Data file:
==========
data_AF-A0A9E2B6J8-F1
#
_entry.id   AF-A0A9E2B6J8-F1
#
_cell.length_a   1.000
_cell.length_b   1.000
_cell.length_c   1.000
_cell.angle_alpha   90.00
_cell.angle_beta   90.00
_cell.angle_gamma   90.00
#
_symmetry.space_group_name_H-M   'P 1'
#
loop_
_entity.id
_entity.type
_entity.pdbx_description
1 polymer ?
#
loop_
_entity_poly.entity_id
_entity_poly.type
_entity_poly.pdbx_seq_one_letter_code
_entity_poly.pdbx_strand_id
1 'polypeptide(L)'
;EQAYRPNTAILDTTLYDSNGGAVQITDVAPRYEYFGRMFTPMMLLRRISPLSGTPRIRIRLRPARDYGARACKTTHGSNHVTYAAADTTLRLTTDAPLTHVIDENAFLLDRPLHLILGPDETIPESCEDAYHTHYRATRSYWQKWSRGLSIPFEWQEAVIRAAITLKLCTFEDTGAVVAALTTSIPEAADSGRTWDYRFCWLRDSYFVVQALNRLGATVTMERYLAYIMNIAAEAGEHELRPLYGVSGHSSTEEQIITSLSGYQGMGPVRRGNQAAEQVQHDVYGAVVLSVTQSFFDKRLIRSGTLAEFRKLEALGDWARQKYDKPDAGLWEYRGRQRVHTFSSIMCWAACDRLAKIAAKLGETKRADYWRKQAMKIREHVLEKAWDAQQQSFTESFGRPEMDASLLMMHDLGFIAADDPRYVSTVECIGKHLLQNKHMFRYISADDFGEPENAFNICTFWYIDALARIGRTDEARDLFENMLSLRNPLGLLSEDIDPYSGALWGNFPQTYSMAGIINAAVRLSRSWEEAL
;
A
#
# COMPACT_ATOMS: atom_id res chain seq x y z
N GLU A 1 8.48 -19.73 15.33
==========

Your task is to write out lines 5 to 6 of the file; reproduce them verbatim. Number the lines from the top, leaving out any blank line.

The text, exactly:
_cell.length_a   1.000
_cell.length_b   1.000